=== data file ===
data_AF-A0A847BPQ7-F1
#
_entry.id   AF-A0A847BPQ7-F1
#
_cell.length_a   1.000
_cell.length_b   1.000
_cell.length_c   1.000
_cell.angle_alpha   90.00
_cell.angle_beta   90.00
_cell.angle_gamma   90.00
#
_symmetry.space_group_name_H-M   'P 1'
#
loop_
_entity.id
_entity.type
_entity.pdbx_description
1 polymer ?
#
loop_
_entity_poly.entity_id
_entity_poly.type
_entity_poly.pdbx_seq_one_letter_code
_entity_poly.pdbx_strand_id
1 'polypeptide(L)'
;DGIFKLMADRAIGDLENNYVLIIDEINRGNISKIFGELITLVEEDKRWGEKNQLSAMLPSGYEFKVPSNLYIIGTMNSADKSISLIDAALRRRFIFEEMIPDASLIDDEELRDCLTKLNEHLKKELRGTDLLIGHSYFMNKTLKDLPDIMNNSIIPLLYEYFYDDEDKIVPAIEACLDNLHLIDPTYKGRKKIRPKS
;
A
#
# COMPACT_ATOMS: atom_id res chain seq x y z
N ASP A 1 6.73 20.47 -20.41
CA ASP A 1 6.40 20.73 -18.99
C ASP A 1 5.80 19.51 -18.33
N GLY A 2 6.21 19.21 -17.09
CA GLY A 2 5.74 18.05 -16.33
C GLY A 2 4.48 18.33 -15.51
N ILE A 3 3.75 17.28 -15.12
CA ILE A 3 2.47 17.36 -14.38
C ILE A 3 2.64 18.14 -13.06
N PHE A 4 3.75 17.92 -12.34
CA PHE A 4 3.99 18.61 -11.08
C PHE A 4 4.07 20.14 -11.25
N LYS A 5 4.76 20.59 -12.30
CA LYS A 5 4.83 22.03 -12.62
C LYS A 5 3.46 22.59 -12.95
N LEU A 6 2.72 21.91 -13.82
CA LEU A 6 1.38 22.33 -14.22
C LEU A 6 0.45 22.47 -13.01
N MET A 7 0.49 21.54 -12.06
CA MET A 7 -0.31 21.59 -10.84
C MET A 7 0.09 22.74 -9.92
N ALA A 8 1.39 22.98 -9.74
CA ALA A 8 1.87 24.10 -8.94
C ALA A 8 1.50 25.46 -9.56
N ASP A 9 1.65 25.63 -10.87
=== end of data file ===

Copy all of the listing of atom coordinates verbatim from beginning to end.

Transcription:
data_AF-A0A847BPQ7-F1
#
_entry.id   AF-A0A847BPQ7-F1
#
_cell.length_a   1.000
_cell.length_b   1.000
_cell.length_c   1.000
_cell.angle_alpha   90.00
_cell.angle_beta   90.00
_cell.angle_gamma   90.00
#
_symmetry.space_group_name_H-M   'P 1'
#
loop_
_entity.id
_entity.type
_entity.pdbx_description
1 polymer ?
#
loop_
_entity_poly.entity_id
_entity_poly.type
_entity_poly.pdbx_seq_one_letter_code
_entity_poly.pdbx_strand_id
1 'polypeptide(L)'
;DGIFKLMADRAIGDLENNYVLIIDEINRGNISKIFGELITLVEEDKRWGEKNQLSAMLPSGYEFKVPSNLYIIGTMNSADKSISLIDAALRRRFIFEEMIPDASLIDDEELRDCLTKLNEHLKKELRGTDLLIGHSYFMNKTLKDLPDIMNNSIIPLLYEYFYDDEDKIVPAIEACLDNLHLIDPTYKGRKKIRPKS
;
A
#
# COMPACT_ATOMS: atom_id res chain seq x y z
N ASP A 1 6.73 20.47 -20.41
CA ASP A 1 6.40 20.73 -18.99
C ASP A 1 5.80 19.51 -18.33
N GLY A 2 6.21 19.21 -17.09
CA GLY A 2 5.74 18.05 -16.33
C GLY A 2 4.48 18.33 -15.51
N ILE A 3 3.75 17.28 -15.12
CA ILE A 3 2.47 17.36 -14.38
C ILE A 3 2.64 18.14 -13.06
N PHE A 4 3.75 17.92 -12.34
CA PHE A 4 3.99 18.61 -11.08
C PHE A 4 4.07 20.14 -11.25
N LYS A 5 4.76 20.59 -12.30
CA LYS A 5 4.83 22.03 -12.62
C LYS A 5 3.46 22.59 -12.95
N LEU A 6 2.72 21.91 -13.82
CA LEU A 6 1.38 22.33 -14.22
C LEU A 6 0.45 22.47 -13.01
N MET A 7 0.49 21.54 -12.06
CA MET A 7 -0.31 21.59 -10.84
C MET A 7 0.09 22.74 -9.92
N ALA A 8 1.39 22.98 -9.74
CA ALA A 8 1.87 24.10 -8.94
C ALA A 8 1.50 25.46 -9.56
N ASP A 9 1.65 25.63 -10.87